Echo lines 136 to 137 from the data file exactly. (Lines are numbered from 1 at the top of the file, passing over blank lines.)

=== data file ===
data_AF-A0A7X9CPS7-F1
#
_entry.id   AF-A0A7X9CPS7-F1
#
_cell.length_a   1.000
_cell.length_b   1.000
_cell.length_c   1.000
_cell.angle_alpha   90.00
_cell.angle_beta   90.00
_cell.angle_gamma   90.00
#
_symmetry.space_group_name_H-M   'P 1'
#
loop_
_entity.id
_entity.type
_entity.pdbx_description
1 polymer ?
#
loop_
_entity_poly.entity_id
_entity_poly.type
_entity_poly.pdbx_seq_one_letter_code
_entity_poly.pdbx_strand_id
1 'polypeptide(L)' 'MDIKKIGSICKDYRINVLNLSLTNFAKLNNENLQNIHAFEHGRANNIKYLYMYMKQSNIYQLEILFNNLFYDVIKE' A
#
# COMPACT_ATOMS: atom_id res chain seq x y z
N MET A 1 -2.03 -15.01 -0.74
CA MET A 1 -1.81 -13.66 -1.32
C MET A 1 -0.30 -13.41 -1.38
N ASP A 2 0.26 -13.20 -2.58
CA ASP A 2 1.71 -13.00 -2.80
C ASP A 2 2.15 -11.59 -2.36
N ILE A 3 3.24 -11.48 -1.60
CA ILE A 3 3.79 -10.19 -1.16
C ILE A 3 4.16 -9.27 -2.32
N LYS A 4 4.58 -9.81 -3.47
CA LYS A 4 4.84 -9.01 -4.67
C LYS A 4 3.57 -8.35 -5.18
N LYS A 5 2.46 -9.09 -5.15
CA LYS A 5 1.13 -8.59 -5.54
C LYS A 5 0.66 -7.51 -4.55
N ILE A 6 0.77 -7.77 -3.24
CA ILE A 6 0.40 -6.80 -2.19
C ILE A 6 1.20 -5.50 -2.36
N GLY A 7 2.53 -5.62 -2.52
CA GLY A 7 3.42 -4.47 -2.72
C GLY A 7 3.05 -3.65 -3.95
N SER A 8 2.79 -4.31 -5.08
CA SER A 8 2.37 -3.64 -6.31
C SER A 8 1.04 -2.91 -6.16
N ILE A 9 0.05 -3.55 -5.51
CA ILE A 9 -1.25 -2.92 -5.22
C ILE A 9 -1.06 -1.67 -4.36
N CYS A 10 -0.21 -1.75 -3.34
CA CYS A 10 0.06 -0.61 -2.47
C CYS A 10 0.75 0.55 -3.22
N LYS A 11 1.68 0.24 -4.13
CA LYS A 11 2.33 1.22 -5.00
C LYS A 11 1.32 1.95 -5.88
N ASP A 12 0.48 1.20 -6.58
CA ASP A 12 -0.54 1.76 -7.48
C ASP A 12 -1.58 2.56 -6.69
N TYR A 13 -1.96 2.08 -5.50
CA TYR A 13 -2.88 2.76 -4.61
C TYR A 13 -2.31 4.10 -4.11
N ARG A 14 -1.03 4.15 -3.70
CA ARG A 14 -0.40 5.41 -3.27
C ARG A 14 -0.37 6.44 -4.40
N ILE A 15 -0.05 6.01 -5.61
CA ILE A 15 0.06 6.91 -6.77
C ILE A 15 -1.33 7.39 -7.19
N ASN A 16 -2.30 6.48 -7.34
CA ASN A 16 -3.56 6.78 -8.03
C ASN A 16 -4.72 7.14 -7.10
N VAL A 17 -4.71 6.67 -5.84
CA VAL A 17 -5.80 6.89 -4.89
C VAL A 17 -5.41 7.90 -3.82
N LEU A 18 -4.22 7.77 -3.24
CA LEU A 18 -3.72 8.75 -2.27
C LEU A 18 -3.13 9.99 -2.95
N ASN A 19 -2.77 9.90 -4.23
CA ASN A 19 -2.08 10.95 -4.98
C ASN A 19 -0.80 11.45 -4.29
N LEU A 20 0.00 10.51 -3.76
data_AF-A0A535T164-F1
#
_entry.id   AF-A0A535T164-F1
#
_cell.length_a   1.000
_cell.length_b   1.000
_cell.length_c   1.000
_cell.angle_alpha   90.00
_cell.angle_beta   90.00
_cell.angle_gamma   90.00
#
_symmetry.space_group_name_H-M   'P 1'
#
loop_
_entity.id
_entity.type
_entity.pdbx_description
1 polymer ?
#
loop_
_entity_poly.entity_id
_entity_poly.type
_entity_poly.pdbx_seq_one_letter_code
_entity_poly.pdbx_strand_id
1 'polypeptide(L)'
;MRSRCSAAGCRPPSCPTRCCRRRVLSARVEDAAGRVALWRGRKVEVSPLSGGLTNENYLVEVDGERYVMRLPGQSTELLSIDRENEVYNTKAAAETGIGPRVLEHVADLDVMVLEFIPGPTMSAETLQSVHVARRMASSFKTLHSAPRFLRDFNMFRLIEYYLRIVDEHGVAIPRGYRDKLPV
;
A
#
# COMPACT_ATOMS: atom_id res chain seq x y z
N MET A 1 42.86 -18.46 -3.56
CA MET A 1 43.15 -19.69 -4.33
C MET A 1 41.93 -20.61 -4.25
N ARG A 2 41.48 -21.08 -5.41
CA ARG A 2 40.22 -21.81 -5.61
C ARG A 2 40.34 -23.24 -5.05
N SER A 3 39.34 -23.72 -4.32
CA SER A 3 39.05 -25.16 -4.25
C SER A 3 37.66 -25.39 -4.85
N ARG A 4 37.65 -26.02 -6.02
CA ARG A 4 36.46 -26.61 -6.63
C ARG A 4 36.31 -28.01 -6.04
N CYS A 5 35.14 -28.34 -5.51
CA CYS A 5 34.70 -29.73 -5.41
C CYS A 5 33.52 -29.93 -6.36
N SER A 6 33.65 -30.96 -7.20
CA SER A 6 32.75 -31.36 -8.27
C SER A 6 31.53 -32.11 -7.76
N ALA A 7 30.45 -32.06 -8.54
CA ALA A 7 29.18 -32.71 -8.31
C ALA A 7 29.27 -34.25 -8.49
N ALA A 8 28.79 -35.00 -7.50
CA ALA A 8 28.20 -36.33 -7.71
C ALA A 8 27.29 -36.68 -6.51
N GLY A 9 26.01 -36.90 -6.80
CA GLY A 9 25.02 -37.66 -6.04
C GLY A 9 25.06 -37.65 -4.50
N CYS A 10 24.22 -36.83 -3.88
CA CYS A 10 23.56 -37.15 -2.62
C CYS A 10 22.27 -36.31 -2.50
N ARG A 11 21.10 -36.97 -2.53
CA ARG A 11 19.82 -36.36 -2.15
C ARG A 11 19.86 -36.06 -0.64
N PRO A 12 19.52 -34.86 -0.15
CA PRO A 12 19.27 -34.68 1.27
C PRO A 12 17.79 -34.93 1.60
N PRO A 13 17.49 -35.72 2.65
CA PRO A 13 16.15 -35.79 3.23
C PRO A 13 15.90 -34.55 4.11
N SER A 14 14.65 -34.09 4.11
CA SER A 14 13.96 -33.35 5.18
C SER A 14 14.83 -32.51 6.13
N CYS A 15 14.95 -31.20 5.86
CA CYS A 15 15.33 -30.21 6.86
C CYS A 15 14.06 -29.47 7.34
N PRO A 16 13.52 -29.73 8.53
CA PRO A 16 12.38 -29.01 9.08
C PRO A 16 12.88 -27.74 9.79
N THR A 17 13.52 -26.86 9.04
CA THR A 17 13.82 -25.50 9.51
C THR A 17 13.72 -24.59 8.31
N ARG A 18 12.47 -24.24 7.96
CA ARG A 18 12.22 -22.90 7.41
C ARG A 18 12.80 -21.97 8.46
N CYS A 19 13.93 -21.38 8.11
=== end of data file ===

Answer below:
C ALA A 7 29.27 -34.25 -8.49
N ALA A 8 28.79 -35.00 -7.50